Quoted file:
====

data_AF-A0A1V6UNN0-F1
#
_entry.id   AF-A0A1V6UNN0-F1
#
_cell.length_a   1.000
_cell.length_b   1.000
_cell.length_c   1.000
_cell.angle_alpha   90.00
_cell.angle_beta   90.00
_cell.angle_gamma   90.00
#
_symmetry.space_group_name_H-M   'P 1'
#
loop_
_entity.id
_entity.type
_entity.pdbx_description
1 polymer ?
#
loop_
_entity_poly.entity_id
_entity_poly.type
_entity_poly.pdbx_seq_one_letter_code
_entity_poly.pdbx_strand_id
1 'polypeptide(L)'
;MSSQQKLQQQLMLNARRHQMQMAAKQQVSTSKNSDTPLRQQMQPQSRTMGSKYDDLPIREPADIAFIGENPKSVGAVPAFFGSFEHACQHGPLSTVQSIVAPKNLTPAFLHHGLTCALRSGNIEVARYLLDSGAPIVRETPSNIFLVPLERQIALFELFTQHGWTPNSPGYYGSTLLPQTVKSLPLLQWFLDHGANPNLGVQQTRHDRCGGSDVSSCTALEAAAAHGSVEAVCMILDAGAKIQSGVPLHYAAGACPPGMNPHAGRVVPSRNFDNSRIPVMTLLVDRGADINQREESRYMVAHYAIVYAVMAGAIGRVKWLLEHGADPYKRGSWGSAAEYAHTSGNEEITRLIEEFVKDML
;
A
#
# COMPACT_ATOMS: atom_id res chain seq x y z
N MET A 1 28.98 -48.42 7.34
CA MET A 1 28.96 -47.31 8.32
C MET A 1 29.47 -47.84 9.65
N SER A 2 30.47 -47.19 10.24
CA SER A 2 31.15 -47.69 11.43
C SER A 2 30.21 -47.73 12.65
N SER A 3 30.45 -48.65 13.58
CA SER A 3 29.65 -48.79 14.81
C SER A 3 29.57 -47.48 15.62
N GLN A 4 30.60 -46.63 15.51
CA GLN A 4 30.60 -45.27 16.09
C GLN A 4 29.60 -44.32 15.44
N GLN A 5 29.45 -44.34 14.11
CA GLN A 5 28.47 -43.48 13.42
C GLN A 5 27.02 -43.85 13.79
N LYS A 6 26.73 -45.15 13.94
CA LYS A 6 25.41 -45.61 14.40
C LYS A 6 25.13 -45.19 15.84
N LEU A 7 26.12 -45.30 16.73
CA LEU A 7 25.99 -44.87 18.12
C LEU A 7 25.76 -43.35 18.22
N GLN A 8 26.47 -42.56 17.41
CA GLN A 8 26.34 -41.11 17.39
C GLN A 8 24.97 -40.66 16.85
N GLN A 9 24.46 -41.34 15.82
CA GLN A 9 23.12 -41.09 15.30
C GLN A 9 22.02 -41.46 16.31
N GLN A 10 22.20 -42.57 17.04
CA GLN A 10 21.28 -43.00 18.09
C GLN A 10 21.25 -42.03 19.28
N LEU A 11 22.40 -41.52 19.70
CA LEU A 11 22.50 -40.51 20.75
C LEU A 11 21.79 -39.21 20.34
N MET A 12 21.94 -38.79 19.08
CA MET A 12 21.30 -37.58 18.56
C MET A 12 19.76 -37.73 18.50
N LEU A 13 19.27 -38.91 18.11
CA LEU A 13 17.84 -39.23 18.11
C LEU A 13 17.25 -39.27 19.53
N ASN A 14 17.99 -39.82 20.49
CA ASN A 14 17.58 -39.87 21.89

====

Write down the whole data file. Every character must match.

data_AF-A0A1V6UNN0-F1
#
_entry.id   AF-A0A1V6UNN0-F1
#
_cell.length_a   1.000
_cell.length_b   1.000
_cell.length_c   1.000
_cell.angle_alpha   90.00
_cell.angle_beta   90.00
_cell.angle_gamma   90.00
#
_symmetry.space_group_name_H-M   'P 1'
#
loop_
_entity.id
_entity.type
_entity.pdbx_description
1 polymer ?
#
loop_
_entity_poly.entity_id
_entity_poly.type
_entity_poly.pdbx_seq_one_letter_code
_entity_poly.pdbx_strand_id
1 'polypeptide(L)'
;MSSQQKLQQQLMLNARRHQMQMAAKQQVSTSKNSDTPLRQQMQPQSRTMGSKYDDLPIREPADIAFIGENPKSVGAVPAFFGSFEHACQHGPLSTVQSIVAPKNLTPAFLHHGLTCALRSGNIEVARYLLDSGAPIVRETPSNIFLVPLERQIALFELFTQHGWTPNSPGYYGSTLLPQTVKSLPLLQWFLDHGANPNLGVQQTRHDRCGGSDVSSCTALEAAAAHGSVEAVCMILDAGAKIQSGVPLHYAAGACPPGMNPHAGRVVPSRNFDNSRIPVMTLLVDRGADINQREESRYMVAHYAIVYAVMAGAIGRVKWLLEHGADPYKRGSWGSAAEYAHTSGNEEITRLIEEFVKDML
;
A
#
# COMPACT_ATOMS: atom_id res chain seq x y z
N MET A 1 28.98 -48.42 7.34
CA MET A 1 28.96 -47.31 8.32
C MET A 1 29.47 -47.84 9.65
N SER A 2 30.47 -47.19 10.24
CA SER A 2 31.15 -47.69 11.43
C SER A 2 30.21 -47.73 12.65
N SER A 3 30.45 -48.65 13.58
CA SER A 3 29.65 -48.79 14.81
C SER A 3 29.57 -47.48 15.62
N GLN A 4 30.60 -46.63 15.51
CA GLN A 4 30.60 -45.27 16.09
C GLN A 4 29.60 -44.32 15.44
N GLN A 5 29.45 -44.34 14.11
CA GLN A 5 28.47 -43.48 13.42
C GLN A 5 27.02 -43.85 13.79
N LYS A 6 26.73 -45.15 13.94
CA LYS A 6 25.41 -45.61 14.40
C LYS A 6 25.13 -45.19 15.84
N LEU A 7 26.12 -45.30 16.73
CA LEU A 7 25.99 -44.87 18.12
C LEU A 7 25.76 -43.35 18.22
N GLN A 8 26.47 -42.56 17.41
CA GLN A 8 26.34 -41.11 17.39
C GLN A 8 24.97 -40.66 16.85
N GLN A 9 24.46 -41.34 15.82
CA GLN A 9 23.12 -41.09 15.30
C GLN A 9 22.02 -41.46 16.31
N GLN A 10 22.20 -42.57 17.04
CA GLN A 10 21.28 -43.00 18.09
C GLN A 10 21.25 -42.03 19.28
N LEU A 11 22.40 -41.52 19.70
CA LEU A 11 22.50 -40.51 20.75
C LEU A 11 21.79 -39.21 20.34
N MET A 12 21.94 -38.79 19.08
CA MET A 12 21.30 -37.58 18.56
C MET A 12 19.76 -37.73 18.50
N LEU A 13 19.27 -38.91 18.11
CA LEU A 13 17.84 -39.23 18.11
C LEU A 13 17.25 -39.27 19.53
N ASN A 14 17.99 -39.82 20.49
CA ASN A 14 17.58 -39.87 21.89